Skip to main content

Thank you for visiting nature.com. You are using a browser version with limited support for CSS. To obtain the best experience, we recommend you use a more up to date browser (or turn off compatibility mode in Internet Explorer). In the meantime, to ensure continued support, we are displaying the site without styles and JavaScript.

Food supply

Blockchain could boost food security

Blockchain technology is helping to meet sustainability challenges (see G. Chapron Nature 545, 403–405; 2017), for example in renewable energy (M. Andoni et al. Nature 548, 158; 2017) and conservation (Z. Baynham-Herd Nature 548, 523; 2017). Food security could also benefit from the technology's transparency, relatively low transaction costs and instantaneous application.

Blockchain assignment of unique digital identifiers to food products would make them traceable through supply chains, along with their growth conditions, batch numbers and expiry dates. This would help to prevent food waste, allow consumers to work out the ecological footprint of their food, and guide the distribution of surplus food to those who need it.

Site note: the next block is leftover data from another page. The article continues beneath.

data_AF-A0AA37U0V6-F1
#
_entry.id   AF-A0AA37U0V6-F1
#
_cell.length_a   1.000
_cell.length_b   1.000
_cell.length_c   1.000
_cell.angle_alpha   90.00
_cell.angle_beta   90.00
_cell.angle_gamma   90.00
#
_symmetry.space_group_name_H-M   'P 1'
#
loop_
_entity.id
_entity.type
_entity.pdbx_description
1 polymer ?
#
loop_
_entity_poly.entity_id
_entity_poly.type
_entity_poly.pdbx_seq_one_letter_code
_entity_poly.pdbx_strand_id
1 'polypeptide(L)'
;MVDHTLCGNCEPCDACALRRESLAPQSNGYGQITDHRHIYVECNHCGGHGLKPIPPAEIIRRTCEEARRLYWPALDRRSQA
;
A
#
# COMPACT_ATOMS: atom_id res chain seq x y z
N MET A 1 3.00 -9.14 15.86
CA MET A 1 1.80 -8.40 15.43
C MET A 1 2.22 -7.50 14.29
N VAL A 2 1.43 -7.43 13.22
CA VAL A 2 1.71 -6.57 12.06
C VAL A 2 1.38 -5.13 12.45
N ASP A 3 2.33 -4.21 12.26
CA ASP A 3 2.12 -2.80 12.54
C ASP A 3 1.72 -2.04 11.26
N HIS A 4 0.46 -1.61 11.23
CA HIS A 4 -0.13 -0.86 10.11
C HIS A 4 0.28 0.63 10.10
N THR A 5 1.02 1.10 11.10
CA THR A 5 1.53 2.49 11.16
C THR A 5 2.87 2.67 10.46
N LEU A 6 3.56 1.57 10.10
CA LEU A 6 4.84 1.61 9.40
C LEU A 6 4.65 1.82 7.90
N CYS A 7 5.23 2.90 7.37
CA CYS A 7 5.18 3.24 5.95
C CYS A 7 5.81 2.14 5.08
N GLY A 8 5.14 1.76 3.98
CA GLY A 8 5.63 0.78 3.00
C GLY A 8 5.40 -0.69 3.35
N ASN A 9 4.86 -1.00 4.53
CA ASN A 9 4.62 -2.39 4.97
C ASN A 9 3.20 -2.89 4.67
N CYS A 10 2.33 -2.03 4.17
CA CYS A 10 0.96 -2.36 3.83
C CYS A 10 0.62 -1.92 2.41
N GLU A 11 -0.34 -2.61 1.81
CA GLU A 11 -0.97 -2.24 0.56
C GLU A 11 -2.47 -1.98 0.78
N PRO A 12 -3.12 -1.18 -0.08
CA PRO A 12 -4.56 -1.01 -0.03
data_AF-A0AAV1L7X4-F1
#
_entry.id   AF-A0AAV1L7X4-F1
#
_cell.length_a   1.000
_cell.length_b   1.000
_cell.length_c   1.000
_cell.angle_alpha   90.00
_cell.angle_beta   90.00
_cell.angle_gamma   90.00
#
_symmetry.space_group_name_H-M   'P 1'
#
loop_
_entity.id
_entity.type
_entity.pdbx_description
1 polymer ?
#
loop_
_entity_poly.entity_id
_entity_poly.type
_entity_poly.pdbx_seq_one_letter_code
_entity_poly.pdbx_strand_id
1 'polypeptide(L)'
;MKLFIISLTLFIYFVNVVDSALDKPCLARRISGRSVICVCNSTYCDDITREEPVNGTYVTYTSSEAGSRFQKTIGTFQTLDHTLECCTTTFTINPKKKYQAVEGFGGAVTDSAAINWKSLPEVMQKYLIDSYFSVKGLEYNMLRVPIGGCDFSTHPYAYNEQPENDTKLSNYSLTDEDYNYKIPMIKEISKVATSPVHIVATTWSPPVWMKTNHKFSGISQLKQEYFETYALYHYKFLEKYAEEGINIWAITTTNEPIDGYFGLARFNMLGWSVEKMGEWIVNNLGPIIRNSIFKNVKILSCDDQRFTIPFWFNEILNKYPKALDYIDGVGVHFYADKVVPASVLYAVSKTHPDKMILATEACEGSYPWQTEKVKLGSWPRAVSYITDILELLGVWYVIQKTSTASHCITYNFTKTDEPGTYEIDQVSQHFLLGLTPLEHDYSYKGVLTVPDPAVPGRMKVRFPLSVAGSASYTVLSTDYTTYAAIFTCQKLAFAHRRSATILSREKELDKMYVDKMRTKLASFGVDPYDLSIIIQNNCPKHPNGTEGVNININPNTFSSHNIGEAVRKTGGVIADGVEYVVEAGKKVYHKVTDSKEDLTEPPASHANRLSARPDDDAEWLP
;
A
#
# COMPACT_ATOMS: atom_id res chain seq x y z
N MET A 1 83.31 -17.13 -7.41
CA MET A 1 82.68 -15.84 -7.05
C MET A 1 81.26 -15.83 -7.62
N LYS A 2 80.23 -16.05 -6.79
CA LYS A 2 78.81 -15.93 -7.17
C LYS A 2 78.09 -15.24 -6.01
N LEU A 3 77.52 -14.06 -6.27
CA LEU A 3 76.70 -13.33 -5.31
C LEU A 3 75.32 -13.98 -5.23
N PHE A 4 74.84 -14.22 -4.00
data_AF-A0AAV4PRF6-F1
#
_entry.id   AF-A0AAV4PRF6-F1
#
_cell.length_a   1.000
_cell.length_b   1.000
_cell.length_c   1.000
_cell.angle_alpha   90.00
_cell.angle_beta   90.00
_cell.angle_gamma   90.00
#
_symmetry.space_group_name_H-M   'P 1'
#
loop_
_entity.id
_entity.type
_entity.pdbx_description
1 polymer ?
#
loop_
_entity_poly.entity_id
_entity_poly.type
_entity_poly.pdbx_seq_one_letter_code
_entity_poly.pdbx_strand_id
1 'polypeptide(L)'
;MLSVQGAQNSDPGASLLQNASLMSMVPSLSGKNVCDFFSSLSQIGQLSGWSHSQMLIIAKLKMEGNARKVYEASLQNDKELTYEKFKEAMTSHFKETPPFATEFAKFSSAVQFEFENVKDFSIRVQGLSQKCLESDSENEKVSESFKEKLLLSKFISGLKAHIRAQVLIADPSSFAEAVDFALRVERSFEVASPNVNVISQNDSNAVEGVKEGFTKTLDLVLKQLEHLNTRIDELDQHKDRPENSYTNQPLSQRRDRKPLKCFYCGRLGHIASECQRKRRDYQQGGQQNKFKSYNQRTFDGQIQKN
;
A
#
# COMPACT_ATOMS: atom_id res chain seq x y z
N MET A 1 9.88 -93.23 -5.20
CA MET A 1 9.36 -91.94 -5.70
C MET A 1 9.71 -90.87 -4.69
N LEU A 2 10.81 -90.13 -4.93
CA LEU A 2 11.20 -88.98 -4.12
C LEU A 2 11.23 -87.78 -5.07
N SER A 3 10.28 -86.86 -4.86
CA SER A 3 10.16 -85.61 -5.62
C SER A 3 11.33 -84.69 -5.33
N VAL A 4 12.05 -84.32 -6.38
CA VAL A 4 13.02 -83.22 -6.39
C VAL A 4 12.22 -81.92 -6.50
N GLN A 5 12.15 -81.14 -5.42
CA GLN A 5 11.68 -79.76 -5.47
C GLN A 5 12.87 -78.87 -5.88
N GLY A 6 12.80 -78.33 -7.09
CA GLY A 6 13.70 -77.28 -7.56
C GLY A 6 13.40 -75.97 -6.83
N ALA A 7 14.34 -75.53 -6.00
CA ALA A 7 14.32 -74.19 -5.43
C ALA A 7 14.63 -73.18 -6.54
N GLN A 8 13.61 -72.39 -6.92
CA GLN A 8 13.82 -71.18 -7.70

This shared and immutable register of foods and transactions would prevent fraud and enable source identification of food-borne illness. And as digital technologies are increasingly used to manage farms, blockchain will promote sharing of on-farm data.

Author information

Affiliations

Authors

Corresponding author

Correspondence to Selena Ahmed.

Rights and permissions

Reprints and Permissions

About this article

Verify currency and authenticity via CrossMark

Cite this article

Ahmed, S., Broek, N. Blockchain could boost food security. Nature 550, 43 (2017). https://doi.org/10.1038/550043e

Download citation

Further reading

Search

Quick links

Nature Briefing

Sign up for the Nature Briefing newsletter — what matters in science, free to your inbox daily.

Get the most important science stories of the day, free in your inbox. Sign up for Nature Briefing